Traveling through the low country, I pass idle shrimp boats and long lonely docks fringed with tall marsh grasses. I'm on my way to Tybee Island for a much-anticipated beach day. Sadly, the bruised sky and blustery winds suggest otherwise.
Tybee is Savannah's beach, a barrier island located just 18 miles from the city's historic district. I visit its quirky shops and eateries, eventually stopping at the Marine Science Center, a cozy beach-side building brimming with kids and aquatic life. Jellyfish, loggerheads, stingrays and exotic sea creatures reside in the tanks, eliciting "oohs" and "wows" from the museum's small patrons.
Marine Science Center, a beach-side building brimming with aquatic life.
At dinner I wade into a seafood platter heaped with mouthwatering crab, mussels, shrimp and crawfish. It's incredibly fresh, as if the Gorton's Fisherman sailed in and prepped it all just for me.
Departing for Savannah the next day, the rain follows me like Pigpen's dirt cloud. I take up residence at a landmark inn that skirts the historic district's River Street, just steps away from the Cotton Exchange and the gold-domed city hall.
Settling on a bistro, I begin lunch with fried green tomatoes, a crispy dish that doesn't disappoint. With a lilting drawl, my waiter recommends can't-miss places to visit. Ah, Southern hospitality.
An après lunch stroll reveals still-weeping skies, but even rain can't diminish Savannah's charms — the clip-clop cadence of horse-drawn carriages on cobblestone; the 21 classic town squares, each boasting impressive monuments or bubbling fountains; the Spanish moss draping the gnarly branches of ancient oak trees; the last of the season's glowing white magnolias; the fragrance of blooming jasmine lingering like one final piano chord.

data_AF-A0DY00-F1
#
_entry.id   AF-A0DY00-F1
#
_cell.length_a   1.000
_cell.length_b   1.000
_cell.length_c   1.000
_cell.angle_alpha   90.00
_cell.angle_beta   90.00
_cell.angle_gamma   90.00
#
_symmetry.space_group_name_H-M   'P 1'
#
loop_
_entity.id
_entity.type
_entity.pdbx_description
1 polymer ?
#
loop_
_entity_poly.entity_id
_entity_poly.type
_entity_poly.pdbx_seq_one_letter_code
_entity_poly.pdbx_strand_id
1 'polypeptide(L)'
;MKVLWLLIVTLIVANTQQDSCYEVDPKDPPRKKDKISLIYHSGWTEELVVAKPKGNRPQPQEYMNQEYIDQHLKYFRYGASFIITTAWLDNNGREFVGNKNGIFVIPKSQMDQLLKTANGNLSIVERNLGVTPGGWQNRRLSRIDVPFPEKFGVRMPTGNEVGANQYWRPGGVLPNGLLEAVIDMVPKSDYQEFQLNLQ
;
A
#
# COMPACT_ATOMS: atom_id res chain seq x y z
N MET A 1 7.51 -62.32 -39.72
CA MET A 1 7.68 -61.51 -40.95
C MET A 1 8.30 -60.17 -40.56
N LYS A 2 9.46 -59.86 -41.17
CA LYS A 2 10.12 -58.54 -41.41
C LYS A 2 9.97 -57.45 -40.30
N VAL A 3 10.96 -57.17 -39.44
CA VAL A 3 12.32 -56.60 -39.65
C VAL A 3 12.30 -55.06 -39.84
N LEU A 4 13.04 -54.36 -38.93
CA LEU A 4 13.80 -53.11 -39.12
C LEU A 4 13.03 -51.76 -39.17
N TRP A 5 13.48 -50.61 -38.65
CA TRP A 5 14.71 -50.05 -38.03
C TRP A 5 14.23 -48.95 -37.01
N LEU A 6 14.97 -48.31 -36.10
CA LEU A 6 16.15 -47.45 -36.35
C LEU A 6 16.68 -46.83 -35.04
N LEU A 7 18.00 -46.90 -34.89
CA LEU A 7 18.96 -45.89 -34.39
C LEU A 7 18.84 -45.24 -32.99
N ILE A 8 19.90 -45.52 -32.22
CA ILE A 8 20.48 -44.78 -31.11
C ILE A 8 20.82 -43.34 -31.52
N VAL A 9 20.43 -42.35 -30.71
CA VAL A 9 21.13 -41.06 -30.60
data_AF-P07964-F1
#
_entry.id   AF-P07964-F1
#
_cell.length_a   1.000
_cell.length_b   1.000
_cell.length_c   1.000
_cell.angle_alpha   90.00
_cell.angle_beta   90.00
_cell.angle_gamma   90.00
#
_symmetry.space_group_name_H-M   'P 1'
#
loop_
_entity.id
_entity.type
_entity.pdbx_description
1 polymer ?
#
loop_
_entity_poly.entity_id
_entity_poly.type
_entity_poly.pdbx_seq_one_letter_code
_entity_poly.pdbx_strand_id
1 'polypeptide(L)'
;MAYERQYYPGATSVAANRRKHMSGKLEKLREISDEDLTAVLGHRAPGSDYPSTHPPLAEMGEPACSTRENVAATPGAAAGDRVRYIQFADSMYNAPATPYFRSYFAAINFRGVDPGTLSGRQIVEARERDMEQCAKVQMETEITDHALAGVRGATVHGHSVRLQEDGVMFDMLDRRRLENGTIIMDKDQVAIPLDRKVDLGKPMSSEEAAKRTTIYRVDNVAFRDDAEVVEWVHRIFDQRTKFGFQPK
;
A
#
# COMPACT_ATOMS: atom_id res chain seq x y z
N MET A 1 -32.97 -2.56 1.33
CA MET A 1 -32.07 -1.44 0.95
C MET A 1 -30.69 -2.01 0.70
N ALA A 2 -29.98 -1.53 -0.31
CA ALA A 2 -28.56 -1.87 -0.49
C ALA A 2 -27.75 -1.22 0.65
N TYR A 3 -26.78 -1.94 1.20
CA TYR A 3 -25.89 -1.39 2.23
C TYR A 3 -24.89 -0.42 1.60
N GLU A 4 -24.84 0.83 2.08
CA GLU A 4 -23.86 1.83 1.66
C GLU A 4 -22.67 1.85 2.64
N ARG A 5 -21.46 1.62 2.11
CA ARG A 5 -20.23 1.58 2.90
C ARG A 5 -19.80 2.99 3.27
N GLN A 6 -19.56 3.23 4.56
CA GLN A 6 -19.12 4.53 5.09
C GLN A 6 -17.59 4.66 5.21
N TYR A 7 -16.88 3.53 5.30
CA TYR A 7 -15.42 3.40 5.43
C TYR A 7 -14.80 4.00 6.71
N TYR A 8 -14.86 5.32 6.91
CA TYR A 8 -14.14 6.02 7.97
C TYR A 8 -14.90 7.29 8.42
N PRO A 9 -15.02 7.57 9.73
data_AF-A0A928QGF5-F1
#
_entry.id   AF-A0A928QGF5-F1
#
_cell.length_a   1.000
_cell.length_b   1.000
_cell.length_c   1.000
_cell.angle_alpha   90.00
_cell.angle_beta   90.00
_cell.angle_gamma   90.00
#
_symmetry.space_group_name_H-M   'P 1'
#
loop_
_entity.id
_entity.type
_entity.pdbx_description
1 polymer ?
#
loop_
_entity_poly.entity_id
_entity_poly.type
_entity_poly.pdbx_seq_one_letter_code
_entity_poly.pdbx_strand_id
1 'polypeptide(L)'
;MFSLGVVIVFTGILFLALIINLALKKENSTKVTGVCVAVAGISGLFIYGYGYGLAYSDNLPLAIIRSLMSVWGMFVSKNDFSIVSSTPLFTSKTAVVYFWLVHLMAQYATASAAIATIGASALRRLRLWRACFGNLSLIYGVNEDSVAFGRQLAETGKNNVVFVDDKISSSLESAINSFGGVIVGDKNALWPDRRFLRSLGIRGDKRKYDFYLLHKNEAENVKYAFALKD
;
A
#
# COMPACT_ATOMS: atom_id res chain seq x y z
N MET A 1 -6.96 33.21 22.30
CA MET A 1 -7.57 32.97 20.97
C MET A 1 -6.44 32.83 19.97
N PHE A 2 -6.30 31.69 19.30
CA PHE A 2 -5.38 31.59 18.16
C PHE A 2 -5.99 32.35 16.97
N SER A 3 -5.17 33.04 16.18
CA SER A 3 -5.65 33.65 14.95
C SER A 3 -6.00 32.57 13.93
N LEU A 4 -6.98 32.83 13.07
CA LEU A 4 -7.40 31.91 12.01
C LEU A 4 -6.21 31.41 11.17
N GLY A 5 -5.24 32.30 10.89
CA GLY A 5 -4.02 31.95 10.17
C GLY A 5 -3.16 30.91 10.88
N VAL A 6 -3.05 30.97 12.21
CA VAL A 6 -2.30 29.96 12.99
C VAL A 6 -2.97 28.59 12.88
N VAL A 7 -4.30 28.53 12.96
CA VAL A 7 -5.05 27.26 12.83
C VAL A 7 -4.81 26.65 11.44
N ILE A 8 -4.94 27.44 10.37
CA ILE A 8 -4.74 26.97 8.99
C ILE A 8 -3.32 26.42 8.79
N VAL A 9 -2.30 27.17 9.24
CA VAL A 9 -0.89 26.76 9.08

Wright Square, one of 21 public squares, named in honor of James Wright, perhaps the most notable of Georgia's royal governors.
As the sun at last emerges, I pass the Mercer-Williams house, the site of a notorious murder involving a high-society antique dealer and a scheming charlatan (dramatized in the movie, Midnight in the Garden of Good and Evil.) In true understated fashion, Savannah natives still refer to the scandalous event as "The Incident."
The story of the Telfair Hospital for Females begins with Mary Telfair, a wealthy, distinguished Savannah native. Ms. Telfair funded the hospital, and in 1876 it opened to women patients exclusively who were treated by an all-female staff. It was said the only way a man could be admitted was through the maternity ward.
Juliet Gordon Low's house stands here as well. Perhaps because of her wealth and privileged life, she felt unfulfilled. So in 1911, at age 51, she founded the Girl Scouts. At a time when society dictated a woman belonged in the home, Low prepared her girls for professions in the arts, sciences and business.
The City Market, a gathering of shops, galleries and restaurants located where the cities' first market was built in the 1700s.
Afternoon stretches into evening as I pass the Pirate's House, a rickety wooden structure built in 1794. Reportedly frequented by pirates and the inspiration for the novel, Treasure Island, it's rumored to be haunted. I believe if the ghosts look anything like Johnny Depp, I'd be willing to meet them.
I end my day at River Street where the Waving Girl statue stands. Commemorating Florence Martus, it seems she spent decades waving at passing ships on the Savannah River. Some said she was awaiting the return of a sailor whom she'd loved, but after 44 years, she quit. I'm assuming her arms got tired.
It's curious why that sailor would choose not to come back. After all, Savannah is a delicious gumbo of charm, hospitality and spicy history, flavored with a touch of eccentricity. It's a city of folklore and fabrication; of imaginary apparitions and real-life characters, all utterly fascinating. Best of all, from its beaches to its porches, ancient oaks, magnolias and legendary squares, it's a place of blossoming beauty, and one to which I'll surely return.